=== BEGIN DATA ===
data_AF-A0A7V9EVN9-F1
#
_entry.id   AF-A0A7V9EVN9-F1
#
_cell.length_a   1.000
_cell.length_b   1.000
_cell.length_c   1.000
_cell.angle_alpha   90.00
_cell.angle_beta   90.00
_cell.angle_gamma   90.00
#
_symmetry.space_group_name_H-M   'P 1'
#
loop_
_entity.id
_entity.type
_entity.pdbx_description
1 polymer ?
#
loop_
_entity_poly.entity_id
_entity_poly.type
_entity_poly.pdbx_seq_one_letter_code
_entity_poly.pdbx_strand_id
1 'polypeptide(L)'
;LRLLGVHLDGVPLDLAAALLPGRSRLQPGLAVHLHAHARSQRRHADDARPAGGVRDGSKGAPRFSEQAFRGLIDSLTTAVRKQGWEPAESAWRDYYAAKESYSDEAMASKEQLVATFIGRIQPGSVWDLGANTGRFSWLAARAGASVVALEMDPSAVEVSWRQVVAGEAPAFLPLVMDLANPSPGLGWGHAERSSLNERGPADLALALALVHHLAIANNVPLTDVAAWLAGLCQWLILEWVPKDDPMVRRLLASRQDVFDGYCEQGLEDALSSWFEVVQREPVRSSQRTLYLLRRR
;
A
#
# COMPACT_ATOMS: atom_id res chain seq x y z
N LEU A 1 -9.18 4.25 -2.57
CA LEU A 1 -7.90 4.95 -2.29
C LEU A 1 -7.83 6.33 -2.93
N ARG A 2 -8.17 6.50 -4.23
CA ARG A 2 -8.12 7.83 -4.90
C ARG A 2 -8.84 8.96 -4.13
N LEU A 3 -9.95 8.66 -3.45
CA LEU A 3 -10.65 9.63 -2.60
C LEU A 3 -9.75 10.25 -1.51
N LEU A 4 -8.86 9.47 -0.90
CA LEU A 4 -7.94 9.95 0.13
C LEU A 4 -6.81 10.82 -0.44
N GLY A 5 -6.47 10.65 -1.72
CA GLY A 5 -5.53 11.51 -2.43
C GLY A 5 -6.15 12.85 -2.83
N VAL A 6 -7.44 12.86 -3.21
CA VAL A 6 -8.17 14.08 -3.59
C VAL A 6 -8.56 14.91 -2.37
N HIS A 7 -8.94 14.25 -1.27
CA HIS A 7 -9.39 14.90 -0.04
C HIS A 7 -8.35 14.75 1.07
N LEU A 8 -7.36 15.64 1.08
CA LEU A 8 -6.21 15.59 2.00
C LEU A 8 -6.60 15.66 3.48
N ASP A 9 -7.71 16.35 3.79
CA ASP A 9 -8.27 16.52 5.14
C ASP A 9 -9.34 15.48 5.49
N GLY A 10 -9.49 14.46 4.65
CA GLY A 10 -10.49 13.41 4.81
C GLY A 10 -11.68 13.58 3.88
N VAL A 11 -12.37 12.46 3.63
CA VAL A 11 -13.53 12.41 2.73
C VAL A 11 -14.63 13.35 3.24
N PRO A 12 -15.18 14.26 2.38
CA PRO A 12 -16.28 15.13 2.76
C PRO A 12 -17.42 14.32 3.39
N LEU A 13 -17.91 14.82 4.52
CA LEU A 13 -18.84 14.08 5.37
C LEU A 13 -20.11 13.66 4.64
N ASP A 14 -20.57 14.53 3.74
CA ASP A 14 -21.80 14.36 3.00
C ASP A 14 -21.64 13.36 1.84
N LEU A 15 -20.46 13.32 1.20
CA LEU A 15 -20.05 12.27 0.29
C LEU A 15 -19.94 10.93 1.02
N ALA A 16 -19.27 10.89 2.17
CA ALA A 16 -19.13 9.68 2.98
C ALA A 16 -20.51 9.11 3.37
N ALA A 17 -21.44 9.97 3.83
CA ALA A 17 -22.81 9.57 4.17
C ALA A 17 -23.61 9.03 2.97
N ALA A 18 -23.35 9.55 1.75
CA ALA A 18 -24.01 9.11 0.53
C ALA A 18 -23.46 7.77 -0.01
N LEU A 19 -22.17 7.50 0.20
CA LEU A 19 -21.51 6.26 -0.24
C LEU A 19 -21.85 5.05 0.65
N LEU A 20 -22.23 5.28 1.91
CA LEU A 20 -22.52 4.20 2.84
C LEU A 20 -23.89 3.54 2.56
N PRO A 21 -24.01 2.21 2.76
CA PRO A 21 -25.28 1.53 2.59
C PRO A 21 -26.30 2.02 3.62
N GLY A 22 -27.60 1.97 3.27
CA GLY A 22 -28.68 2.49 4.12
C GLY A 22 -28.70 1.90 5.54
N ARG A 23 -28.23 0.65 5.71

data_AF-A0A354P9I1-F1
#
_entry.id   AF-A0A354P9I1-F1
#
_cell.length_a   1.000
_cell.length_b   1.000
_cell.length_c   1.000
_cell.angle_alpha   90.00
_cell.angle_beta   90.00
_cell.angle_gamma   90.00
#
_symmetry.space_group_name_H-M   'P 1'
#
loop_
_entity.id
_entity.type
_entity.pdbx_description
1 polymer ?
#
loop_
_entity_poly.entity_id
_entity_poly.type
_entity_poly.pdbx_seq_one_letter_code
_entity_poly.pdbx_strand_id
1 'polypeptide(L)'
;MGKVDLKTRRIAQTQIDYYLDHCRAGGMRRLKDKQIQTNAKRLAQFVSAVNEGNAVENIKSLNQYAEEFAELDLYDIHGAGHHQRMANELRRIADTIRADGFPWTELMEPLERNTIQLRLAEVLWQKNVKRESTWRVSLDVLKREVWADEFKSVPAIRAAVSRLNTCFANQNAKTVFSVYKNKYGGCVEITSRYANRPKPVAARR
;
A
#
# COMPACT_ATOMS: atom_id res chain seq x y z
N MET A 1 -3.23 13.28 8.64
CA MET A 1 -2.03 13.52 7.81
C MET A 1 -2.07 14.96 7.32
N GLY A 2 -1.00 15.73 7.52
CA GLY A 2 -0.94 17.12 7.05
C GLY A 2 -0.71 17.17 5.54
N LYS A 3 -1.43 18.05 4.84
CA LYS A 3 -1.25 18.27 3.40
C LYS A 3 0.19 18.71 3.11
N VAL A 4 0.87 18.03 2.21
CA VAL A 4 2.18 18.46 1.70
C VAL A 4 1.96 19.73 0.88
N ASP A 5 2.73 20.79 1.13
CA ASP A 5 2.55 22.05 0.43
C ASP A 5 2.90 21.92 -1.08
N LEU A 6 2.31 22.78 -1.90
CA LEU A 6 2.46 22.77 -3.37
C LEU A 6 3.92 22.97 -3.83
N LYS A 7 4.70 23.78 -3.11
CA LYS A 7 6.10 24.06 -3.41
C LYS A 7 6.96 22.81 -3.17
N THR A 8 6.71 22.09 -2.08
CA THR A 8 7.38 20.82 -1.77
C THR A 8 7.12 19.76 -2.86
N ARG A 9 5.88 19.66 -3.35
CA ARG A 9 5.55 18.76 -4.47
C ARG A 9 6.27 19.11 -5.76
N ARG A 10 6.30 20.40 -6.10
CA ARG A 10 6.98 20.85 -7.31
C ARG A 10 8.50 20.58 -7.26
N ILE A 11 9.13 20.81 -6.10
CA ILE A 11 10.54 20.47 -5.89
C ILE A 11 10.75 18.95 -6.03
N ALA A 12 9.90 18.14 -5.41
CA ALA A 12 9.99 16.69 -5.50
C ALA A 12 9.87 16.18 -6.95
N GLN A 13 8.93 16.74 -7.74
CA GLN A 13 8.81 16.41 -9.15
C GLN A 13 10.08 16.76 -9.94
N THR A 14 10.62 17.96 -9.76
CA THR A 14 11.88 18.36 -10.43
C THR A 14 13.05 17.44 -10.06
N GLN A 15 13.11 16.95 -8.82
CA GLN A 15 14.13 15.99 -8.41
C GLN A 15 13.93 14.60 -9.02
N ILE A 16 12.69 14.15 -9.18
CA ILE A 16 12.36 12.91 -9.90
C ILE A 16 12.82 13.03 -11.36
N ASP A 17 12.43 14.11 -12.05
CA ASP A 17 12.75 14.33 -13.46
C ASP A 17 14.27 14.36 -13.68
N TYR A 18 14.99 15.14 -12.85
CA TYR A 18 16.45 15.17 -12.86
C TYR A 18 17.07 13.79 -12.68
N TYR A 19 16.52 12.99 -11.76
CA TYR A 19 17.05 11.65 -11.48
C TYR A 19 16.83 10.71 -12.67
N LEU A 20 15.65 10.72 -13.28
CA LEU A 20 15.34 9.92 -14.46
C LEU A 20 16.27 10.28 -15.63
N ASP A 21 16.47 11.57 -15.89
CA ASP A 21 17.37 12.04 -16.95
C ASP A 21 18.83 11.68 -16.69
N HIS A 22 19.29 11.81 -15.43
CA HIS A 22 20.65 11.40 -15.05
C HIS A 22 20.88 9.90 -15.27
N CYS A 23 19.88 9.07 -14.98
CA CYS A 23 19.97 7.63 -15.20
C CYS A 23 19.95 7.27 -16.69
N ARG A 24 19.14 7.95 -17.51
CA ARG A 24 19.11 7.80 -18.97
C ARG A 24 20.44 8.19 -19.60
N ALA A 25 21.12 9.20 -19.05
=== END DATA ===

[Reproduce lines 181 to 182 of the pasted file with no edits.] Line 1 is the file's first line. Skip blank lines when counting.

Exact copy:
C TYR A 18 17.07 13.79 -12.68
N TYR A 19 16.52 12.99 -11.76